The growth of the metal mining sector and the framework provided by a new mining law have generated interest from foreign companies.
Up until October 2013, the share of mineral products in exports of general merchandise was $232.7 million, equivalent to 7%. This, and the adoption of a new mining law last year, has attracted interest from foreign investors who have set their eyes on Honduras.
Laprensa.hn reports: "The long wait for the country to have a mining law that is in line with the current situation has had an impact on the arrival of new investments, all of which are dependent upon the results of the November general election to define their situation ".
The so called "Mortgage Law" in Honduras is causing alarm to mining companies who hold unproductive concessions.
According to an article in Elheraldo.hn in a meeting with representatives from the U.S. Embassy in Honduras, "The leadership of the National Association of Metal Mining Companies in Honduras (Anamimh) has formalized its position against the applicability of the Law on Development Promotion and Domestic Debt Restructuring, because it is a threat and an attack against the local mining industry and deserves to be vetoed by President Porfirio Lobo. "
A government commission has traveled to China to negotiate direct sales of iron oxide from the Agalteca mine.
This was stated by Santos Gabino Carvajal, president of the National Association of Metal Mining in Honduras (Anamimh), who in a meeting with Aldo Santos, chief of the Directorate for the Promotion of Mining (Defomin), explained that the idea is to send in directly iron oxide mined in Agalteca in Francisco Morazán.
The approval of the Mining Act has peaked the interest of investors interested in the exploration and exploitation of minerals, which could contribute up to $3.5 billion.
Laprensa.hn reports that "Santos Gabino Carvajal, president of the National Association of Metal Mining in Honduras (Anamimh), said that in the last seven years Honduras has not received a single dollar in mining investment, despite its great potential, and that all investments planned in the country were diverted to Nicaragua and Colombia. "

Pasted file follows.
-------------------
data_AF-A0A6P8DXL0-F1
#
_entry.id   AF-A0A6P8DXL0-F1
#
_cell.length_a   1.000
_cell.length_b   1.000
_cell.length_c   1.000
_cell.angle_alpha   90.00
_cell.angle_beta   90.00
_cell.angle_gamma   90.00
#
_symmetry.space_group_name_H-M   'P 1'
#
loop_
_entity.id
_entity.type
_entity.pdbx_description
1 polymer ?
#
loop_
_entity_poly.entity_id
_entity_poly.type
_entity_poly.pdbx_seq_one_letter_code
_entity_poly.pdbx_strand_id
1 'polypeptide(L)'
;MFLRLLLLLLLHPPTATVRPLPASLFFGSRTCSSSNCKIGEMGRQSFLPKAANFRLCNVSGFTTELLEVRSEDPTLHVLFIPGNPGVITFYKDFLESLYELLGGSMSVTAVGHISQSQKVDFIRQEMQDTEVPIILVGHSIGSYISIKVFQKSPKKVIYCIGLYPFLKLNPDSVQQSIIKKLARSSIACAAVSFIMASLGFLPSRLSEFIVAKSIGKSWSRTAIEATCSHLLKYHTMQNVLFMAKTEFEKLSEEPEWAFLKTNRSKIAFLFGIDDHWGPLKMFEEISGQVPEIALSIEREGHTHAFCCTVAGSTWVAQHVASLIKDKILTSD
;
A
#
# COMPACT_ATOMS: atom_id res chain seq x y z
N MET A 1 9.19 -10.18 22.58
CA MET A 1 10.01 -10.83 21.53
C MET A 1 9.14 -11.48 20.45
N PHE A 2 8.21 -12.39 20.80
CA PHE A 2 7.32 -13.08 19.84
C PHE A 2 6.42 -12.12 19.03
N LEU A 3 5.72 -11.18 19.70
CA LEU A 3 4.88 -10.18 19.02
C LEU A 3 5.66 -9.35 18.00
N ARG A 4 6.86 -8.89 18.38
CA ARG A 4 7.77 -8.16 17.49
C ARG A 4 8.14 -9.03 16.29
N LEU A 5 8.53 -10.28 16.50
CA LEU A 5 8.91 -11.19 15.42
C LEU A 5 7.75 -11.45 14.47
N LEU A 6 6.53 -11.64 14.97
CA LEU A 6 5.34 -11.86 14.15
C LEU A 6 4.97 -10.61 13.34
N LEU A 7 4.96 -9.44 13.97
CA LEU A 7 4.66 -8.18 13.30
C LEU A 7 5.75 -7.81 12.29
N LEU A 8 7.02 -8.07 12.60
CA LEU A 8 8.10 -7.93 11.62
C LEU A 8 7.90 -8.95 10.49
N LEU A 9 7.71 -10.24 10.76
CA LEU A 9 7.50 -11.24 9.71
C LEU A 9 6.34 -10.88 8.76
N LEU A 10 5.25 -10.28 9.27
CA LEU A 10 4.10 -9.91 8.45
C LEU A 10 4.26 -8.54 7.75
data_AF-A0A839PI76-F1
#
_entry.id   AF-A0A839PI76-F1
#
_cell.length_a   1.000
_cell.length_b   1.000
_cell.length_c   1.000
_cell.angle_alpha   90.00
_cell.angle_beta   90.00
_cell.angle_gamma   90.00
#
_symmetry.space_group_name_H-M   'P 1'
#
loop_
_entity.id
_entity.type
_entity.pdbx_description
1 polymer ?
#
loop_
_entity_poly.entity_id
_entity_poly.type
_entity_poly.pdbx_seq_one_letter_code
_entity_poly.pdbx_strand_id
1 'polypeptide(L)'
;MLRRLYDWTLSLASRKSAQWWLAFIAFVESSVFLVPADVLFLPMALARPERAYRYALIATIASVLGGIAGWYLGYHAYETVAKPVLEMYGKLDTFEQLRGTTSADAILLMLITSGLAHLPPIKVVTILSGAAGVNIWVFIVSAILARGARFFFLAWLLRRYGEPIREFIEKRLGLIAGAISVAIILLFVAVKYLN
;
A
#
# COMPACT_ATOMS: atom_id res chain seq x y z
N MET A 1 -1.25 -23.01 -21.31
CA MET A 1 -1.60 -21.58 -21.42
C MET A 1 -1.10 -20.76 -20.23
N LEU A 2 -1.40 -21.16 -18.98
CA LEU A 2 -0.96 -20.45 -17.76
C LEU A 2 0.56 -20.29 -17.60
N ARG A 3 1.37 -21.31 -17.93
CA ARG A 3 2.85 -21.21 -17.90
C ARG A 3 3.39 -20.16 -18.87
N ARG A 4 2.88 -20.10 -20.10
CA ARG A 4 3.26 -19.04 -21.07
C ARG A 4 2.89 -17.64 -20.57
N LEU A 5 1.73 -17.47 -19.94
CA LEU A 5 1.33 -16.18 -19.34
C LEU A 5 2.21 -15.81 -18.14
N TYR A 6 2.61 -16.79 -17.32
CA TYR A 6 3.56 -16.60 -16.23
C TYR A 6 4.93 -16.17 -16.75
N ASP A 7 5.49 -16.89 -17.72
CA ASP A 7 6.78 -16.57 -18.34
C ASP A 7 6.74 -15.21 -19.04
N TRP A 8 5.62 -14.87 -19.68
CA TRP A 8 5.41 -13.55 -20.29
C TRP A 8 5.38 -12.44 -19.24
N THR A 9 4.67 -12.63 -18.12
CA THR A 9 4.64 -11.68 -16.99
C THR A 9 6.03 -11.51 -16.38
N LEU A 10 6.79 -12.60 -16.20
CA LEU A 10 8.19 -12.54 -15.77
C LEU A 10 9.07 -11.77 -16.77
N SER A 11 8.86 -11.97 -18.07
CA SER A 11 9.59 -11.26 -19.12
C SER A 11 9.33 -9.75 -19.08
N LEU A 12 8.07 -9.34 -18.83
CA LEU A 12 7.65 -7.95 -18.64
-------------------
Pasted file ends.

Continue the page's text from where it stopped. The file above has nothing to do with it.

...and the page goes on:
In Honduras there are 151 operating permit applications for mining projects involving huge investments that are waiting to be processed.
Businessmen say that "The lack of a law regulating the mining sector is the main obstacle to the 151 stalled requests by foreign and national investors, who have millions available to exploit deposits in Honduras."
Santos Gabino Carbajal, president of Honduran metal mining association Anamimh, explained that the Chinese delegation has held meetings with Honduran businesses that own mining concessions with a view to negotiating joint ventures.
Spokepersons for the country's mining industry have once again asked congress to approve a law that enables the sector to be regulated.
La Tribuna reports comments from Santos Gabino Carbajal, president of the Honduran Metal Mining Association (Anamimh in Spanish), saying that, "there is significant interest from foreign investors in bringing capital into Honduras of around $185 million but they lack sufficient legislation to enable them to do so".
There is an unbeatable way to end with mining once and for all.
Sometimes the best way to rebut extreme ideas is to reduce them to the absurd. This is what Santos Gabino Carvajal does in an article published in Sigloxxi.com.
It must be noted that Gabino Carvajal has a large stake in the matter, as he is the president of the Honduran Metal Mining Association. In any case, his point of view is very interesting and contributes to a discussion where extreme positions and arguments regularly become irrational.
The Metal Mining Association rejected declarations by the head of t he Executive Income Department about earnings by the sector that exceeded $17 million in 2007.
The website of the La Tribuna reported that "The president of Anamimh, Santos Gabino Carvajal, said that the report by Sarmiento on the alleged earnings by various sectors of the economy in 2007, given during a press conference at the Presidential House, was 'malicious and speculative.' According to Carbajal, the director of the DEI is trying to confuse public opinion by not highlighting the difference between metallic and no-metallic mining and by not pointing out that the companies also have costs of operations.
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